In fact, there were only two possession changes during the third quarter. Rice held the ball for six plays, opening possession. Army then held onto the pill for eight plays, covering only 28 yards dring that interim – hardly theapproach to take if you’re trying to make up a 17-point second half deficit. Ask Ken Hatfield.

When Army had to punt the ball away at midfield, setting up the Owls at their 20 after the touchback, then came the drive of the game. Speaking of our former coaching mentor, this drive of the Owls was positively Hatfield-esque. Yet most of it came through the air.

The Owls first overcame a holding penalty with a 21-yard Clement-to-Dillard strike at the Rice 44. Then they dinked away, keeping the clock running.

When the third quarter time expired, the Owls were sitting pretty at the Army 17, and had held the ball on that single drive for just short of seven minutes.

When the drive appeared to stall at the Army 11, the Owls, facing a fourth and one, drew a defender offside, Chase alertly taking the snap and spiking the ball so as not let the Army guy get back onsides.

That gave the Owls first and goal from the six, and two players later, Chase found his favorite receiver loose in a seam beyond the goal line, and it was six more for the Owls.

With 38-14 lead, offense was content to slow down, but not defense

06armyvx13catchnrun.jpg (63092 bytes)
Joel Armstrong makes catch, jukes inside to make a five-yard gain out of a tackle for loss (PTH photo)

With a 38-14 lead, the Rice offensive brain trust was content to let the air out of the tires and let the game clock tick down. But the Rice defense had other ideas, choosing to make its most spectcular play of the day work to get the ball back into the hands of the Rice offense with advantageous field position.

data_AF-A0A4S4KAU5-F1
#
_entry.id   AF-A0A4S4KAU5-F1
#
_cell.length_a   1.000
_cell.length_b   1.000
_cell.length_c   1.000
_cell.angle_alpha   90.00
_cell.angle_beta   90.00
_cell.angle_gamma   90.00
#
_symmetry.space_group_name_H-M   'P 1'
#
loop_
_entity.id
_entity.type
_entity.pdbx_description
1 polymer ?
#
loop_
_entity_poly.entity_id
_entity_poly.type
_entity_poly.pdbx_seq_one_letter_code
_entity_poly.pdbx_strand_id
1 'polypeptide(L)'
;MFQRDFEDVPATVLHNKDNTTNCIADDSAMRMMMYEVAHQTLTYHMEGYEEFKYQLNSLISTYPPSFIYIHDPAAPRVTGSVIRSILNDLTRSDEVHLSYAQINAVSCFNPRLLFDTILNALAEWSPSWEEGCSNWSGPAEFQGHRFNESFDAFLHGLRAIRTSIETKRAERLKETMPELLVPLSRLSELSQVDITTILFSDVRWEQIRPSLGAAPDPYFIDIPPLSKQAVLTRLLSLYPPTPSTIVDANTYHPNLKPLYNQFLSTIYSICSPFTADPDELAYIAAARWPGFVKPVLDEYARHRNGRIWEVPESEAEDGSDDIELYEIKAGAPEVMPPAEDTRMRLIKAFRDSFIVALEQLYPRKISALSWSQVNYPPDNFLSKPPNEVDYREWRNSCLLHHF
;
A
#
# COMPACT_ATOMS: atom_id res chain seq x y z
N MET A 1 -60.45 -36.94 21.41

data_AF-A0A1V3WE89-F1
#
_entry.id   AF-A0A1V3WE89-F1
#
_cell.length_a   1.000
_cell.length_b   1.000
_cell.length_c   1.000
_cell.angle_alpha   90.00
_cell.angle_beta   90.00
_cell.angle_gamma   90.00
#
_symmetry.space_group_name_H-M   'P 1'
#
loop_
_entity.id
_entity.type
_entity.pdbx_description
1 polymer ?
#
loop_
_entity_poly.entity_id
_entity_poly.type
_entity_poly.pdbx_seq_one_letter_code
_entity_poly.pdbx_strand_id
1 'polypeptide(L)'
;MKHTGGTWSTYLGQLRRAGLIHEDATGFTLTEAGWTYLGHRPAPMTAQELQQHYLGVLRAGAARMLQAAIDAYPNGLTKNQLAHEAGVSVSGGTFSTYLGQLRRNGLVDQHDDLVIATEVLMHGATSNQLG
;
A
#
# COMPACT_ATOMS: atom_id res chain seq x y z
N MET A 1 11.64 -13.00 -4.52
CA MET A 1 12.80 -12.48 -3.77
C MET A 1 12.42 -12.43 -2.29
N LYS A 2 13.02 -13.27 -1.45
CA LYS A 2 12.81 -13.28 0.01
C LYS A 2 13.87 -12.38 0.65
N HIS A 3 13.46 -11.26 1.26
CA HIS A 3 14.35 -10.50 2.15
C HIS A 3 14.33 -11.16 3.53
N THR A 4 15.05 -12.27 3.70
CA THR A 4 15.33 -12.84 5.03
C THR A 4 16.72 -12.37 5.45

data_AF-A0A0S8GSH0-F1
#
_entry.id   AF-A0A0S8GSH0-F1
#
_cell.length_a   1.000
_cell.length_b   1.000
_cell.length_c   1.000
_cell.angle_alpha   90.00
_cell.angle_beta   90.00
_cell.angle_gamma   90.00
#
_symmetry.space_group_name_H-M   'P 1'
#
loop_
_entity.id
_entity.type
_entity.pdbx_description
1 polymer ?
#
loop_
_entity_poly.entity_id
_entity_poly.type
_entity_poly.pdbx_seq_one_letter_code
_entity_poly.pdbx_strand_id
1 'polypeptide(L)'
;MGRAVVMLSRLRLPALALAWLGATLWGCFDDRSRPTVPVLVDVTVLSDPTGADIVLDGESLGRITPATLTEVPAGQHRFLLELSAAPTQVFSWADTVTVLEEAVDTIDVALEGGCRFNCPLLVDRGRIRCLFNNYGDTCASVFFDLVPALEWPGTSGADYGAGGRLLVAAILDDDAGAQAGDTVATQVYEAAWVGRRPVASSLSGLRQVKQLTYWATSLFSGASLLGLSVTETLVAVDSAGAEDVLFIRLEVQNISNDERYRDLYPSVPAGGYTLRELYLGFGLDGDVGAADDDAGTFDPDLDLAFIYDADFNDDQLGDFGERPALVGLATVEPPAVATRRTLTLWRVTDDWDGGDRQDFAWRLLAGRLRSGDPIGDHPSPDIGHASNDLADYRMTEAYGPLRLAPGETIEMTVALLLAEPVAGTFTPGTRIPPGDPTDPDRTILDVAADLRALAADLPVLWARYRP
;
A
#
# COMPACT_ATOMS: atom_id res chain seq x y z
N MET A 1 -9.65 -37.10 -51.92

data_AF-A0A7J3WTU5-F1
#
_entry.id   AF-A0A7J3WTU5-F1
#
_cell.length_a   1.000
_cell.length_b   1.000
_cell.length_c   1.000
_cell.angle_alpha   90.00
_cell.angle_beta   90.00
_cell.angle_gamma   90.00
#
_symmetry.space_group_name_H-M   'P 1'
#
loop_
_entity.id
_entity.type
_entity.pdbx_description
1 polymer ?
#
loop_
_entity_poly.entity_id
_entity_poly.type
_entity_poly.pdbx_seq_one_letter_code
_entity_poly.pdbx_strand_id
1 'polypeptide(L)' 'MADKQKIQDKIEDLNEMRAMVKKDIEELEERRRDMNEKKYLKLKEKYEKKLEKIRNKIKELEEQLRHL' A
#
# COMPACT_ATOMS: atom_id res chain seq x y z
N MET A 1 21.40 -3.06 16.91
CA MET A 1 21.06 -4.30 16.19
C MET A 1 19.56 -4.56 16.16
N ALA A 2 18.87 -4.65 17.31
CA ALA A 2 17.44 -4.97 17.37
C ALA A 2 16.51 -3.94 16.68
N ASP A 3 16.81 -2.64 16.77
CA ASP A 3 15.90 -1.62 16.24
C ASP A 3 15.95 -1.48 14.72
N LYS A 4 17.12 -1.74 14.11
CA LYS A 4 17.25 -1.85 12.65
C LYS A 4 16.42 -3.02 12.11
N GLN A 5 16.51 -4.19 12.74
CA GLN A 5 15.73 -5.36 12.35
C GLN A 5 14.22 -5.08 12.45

On the ensuing kickoff, Chad Price put a huge hit on Army’s Corey Anderson, who coughed up the football to the Owls' Bencil Smith at the Army 23. After the Owls failed to connect on a couple of end zone passes, Clark Fangmeier nailed his field goal attempt from 34 yards out, and it was Rice 41, Army 14 with 12:07 left.

Next possession, Army handled the ball on the kickoff, but on third and ten, when QB Pevoto hit Tim Dunn in the flat, this time it was Andray Downs who applied the quietus on him. Ball went one way, Army guy went the other, and Chad Price was there to scoop up the fumble on the fly at the Army 21.

Was it piling on to send Chase Clement out there one more time and throw the ball, to boot? Not when you’ve been through the hell the Owls have suffered, on the field and off, their first four games of the season.

Rice did have its starting skill players on the field, as it scored its sixth and final touchdown of the day on a nine-yard scoring strike from Chase Clement to Jarett Dillard. That was Jarett’s third touchdown reception of the day, giving him 11 catches in all for 171 yards. It was the biggest day for an Owl receiver since the Tommy Kramer era.

"It was just right back at home, like summertime playing catch with him," said Jarett. (Both he and Chase are from the San Antonio area.) "It felt good having Joel on the other side because I knew there wouldn't be so much emphasis on me."

"And Tommy Henderson had an excellent game, Joel, the backs – it felt good not having all the pressure on me to have to get the first down. Just go out there and play catch with Chase."

Some Army fans in the stands were heard to grumble a bit about that sixth and final Rice touchdown.

We won’t do like Bobby Bowden and say, "It was a possession pass, and the boy fell down." Nope, the Owls simply had another score in them that they wanted to put up on the board, so light it up to the tune of 48-14, they did.

Hey, it was bad week. A really, really bad week.